Eight-Bit Junkyard: Kickle Cubicle

Rediscovering video games of the past
“Kickle Cubicle” (Irem, 1990)

“Kickle Cubicle” is a quaint curiosity. A puzzle game that blatantly borrowed its gameplay and design from two more popular games, this addictive all-ages cartridge is a far better game than it may appear to be at first, second, or even third glance.

Film franchise adaptations continuously topped the sales charts in 1990. Eight-bit versions of “Batman,” “Dick Tracy,” “Gremlins,” and “Ghostbusters” all vied for a gamer’s time. Imagine perusing the rental shelves at your local video store or staring at the selections behind the glass case at KB Toys. What about “Kickle Cubicle” is going to make you choose it over ectoplasm and mogwais? Not much.

The nauseating rainbow balloon logo floating over a green and white checkerboard background were enough to make most think “Kickle” too juvenile a game to give it any serious consideration. Below the balloons is what looks like a floating toddler with earmuffs covering his insanely large bald head. A clearly villainous pirate chicken, and what appears to be a turtle/corncob hybrid, glares at him. Did I mention that this is a port of a Japanese arcade game?

Irem, the developer responsible for the arcade classic “Moon Patrol,” originally released the game as “Meikyû Jima” (“Labyrinth Island”) in Japan in 1988. “Kickle Cubicle” has a simple premise: Collect three dream bags within 100 seconds. As the levels progress across Garden, Fruit, Cake, and Toy Land, acquiring said dream bags becomes much more difficult — and addictive. I’m sure it comes as no surprise to you that the Wicked Wizard King covered the world in ice. And all of its inhabitants are enslaved in the dream bags. Except for Kickle, who was, for reasons unexplained, spared. And the weapon Kickle uses to save the ice-bound world? Freeze-breath that turns enemies into ice cubes.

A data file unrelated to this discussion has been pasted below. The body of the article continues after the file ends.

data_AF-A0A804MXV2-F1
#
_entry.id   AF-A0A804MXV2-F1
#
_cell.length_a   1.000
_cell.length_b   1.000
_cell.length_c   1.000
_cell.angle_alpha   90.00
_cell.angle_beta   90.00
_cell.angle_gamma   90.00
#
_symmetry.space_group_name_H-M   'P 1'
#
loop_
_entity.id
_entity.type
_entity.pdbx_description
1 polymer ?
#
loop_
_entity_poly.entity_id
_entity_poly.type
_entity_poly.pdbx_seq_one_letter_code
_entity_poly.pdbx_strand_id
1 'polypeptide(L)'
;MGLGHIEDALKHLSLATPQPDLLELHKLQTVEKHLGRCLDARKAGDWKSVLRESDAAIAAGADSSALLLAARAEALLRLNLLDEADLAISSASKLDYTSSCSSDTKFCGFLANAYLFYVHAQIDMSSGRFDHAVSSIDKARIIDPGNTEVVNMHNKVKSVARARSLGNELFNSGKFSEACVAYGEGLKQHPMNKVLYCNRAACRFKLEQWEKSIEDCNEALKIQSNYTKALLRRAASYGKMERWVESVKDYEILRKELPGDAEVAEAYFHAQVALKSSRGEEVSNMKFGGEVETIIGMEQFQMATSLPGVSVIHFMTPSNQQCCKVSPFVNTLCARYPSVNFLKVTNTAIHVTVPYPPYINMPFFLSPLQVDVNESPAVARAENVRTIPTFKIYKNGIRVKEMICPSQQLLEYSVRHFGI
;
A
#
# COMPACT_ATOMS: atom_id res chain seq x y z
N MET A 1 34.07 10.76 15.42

The game traces its origins back to 1982’s “Pengo” (SEGA) and 1985’s “Eggerland” franchise (known to American audiences as “Adventures of Lolo”). “Pengo” stars a bow-tied penguin named Pengo who pushes ice blocks around a slippery landscape to block, trap, and smoosh multicolored enemy blobs named Sno-Bees. One doesn’t need to make too large a leap to see the connection in “Kickle Cubicle,” where the titular ear-muffed protagonist kicks ice blocks around a slippery landscape to block, trap, and smoosh multicolored enemy blobs named Noggles.

“Kickle Cubicle” lulls the player into a false sense of security with its tinkling earworm soundtrack, kindergarten visuals, and quickly beaten levels. Which is why, roughly halfway into the game, it’s such a surprise when you find yourself unable to stop playing. Those simple early levels morph into Rube Goldberg-ian nightmares where one wrong step can set off a sequence of events that cause Kickle to drown, explode, or — the bane of every gamer’s existence — run out of time.

Hidden Gem or Total Junk: Hidden Gem